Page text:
Are You Having a Hard Time Selling?

If you are, you are very far from alone. 

Most business people I have spoken to since the start of this year are saying that their clients and prospects are increasingly buying on price alone.  It seems that everyone is looking for the lowest cost option and the general feeling is that it’s like swimming in treacle out there, i.e. you have to put in a lot of effort to get even just a little forward movement.

An industry that has been resistive so far to price-based decisions has been accountancy.  People like to have a good relationship with their accountant and, up until now, they have been reluctant to change them for someone they didn’t know.  However, many well-established practices are telling me that their clients are viewing their services as becoming increasingly commoditised.  Many long-standing clients with matured relationships are moving their business to smaller, cheaper, less-well established practices or one-man bands and, in a number of cases, they are moving their accounting work out to India.

This inevitably leads to profit erosion and price wars were the practice or individual with the lowest cost base can under-cut everyone else and emerge the winner.

However, does it have to be this way in any industry?  No, thankfully, it doesn’t.

In business, as in personal life, only about 20% of buying decisions are based on price alone.  80% of the time the company will value something higher than the price tag.  If you doubt this, have a look around your client’s or prospect’s office the next time you visit them.  If they are 100% price conscious then they’ll be using an old, second hand desk, a computer that is 10 years out of date and running Windows 98, an old re-conditioned mobile phone and you’ll notice out the window that they drive a 15-year old Lada.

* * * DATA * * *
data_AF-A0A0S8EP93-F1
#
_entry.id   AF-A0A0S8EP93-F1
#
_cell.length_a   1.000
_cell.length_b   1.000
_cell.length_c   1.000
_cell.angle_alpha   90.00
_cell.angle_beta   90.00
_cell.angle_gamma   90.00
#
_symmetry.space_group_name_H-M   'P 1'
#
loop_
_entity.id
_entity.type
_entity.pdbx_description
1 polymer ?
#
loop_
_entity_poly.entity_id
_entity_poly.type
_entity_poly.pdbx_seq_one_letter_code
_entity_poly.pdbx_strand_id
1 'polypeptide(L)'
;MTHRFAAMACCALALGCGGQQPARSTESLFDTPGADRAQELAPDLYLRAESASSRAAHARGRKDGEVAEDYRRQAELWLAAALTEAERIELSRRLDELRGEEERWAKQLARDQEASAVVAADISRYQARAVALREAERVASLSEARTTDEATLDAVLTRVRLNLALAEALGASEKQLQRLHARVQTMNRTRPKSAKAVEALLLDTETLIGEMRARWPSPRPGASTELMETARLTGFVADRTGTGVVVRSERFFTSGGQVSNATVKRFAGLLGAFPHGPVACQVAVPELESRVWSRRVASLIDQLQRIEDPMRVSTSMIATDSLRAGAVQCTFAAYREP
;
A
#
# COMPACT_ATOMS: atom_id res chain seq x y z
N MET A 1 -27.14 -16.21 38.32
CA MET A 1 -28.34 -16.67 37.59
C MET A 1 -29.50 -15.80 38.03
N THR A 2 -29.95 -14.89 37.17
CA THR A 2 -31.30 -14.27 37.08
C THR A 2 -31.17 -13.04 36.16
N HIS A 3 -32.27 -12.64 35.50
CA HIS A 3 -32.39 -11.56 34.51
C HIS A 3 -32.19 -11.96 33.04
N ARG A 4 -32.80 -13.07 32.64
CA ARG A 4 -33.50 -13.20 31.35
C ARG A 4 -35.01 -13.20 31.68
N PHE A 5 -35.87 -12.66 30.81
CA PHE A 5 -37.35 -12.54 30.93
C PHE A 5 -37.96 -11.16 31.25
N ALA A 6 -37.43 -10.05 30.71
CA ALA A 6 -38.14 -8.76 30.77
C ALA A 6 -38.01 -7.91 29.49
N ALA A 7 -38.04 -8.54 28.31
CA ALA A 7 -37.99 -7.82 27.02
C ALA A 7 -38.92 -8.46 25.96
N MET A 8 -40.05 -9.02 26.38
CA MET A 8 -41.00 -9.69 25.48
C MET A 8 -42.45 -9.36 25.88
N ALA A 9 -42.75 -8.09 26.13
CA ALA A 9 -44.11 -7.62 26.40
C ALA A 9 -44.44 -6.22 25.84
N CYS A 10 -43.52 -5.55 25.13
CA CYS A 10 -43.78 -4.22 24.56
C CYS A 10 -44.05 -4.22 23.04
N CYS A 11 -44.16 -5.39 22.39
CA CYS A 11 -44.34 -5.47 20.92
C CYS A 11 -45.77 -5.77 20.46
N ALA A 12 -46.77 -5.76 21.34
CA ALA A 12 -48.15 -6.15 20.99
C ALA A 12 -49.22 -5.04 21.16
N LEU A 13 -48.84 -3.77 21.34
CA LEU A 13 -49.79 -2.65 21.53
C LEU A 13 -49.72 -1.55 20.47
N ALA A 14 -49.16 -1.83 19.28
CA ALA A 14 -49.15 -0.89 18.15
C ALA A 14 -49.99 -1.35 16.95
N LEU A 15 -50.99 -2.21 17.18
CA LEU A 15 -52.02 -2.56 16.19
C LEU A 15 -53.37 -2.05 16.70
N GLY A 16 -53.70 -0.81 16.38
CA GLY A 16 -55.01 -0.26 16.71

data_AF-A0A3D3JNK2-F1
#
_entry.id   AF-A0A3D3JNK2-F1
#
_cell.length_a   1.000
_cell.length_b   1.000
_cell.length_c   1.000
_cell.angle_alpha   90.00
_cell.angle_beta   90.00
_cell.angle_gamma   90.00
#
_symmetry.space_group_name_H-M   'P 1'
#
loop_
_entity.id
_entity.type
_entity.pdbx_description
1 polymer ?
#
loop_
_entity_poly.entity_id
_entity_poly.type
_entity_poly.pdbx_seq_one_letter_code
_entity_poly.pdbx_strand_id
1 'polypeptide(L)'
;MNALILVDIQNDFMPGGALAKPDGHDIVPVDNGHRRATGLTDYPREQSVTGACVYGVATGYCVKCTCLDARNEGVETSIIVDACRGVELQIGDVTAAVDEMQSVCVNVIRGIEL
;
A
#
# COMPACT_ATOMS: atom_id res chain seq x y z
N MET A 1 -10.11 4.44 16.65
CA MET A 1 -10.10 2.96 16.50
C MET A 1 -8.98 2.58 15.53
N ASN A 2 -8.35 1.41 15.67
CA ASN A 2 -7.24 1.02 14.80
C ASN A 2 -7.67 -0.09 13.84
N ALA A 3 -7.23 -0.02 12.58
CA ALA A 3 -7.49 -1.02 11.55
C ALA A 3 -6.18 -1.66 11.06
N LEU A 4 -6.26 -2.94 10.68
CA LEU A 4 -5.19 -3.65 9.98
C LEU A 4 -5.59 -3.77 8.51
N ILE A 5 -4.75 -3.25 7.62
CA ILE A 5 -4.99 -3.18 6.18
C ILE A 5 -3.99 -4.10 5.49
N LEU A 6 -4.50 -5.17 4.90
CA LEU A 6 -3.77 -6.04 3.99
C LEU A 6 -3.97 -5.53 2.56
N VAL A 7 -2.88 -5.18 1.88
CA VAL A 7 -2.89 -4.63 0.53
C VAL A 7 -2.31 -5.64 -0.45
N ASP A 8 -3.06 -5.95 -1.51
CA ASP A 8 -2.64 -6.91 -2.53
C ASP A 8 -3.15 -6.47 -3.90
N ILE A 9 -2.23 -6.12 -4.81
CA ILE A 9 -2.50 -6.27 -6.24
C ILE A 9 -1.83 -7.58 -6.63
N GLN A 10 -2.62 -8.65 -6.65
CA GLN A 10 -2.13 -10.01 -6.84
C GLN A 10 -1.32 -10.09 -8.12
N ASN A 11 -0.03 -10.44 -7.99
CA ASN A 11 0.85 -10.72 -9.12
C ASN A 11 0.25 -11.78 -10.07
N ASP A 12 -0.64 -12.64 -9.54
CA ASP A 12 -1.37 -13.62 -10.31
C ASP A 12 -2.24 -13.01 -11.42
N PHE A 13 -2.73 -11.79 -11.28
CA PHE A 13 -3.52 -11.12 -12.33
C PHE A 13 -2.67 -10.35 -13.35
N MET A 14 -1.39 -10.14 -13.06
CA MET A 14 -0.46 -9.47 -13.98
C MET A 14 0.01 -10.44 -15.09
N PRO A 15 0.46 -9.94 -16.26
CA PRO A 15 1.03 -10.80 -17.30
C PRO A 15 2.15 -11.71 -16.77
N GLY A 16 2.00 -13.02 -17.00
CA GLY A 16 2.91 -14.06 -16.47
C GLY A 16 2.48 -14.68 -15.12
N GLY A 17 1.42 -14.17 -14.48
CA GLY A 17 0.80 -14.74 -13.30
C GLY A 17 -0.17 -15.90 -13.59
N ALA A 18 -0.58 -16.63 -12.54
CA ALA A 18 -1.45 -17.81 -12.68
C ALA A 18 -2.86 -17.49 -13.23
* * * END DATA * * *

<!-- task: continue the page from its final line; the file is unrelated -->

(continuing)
So, if 80% of the time they value something higher than the price, why is it that prospects and even clients seem to want everything at the lowest cost?

This only ever happens if you allow your prospects or clients to judge your offering solely on its cost.  The problem is that many industries, in the eyes of both clients and prospects, are becoming commoditised, i.e. prospects cannot tell the difference between the offerings being made by the various companies in that market place.  If a prospect (or even valued client) can’t tell the difference between the offerings then the only factor they have in making a decision is price so they will inevitably go with the cheapest.

The way out of this predicament is to sharply differentiate your product or service by:

  1. Presenting it so that it aligns with your prospect’s values (appealing to a prospect’s values is far more effective than marketing based simply on features or benefits)
  2. Using a different marketing strategy and selling process to your industry norm.

Any business in any industry can and should do this. 

If you would like some support in developing a differentiating marketing strategy which strongly appeals to your prospect’s values then please contact me about my one-day, one-to-one coaching and consultancy marketing sessions. 

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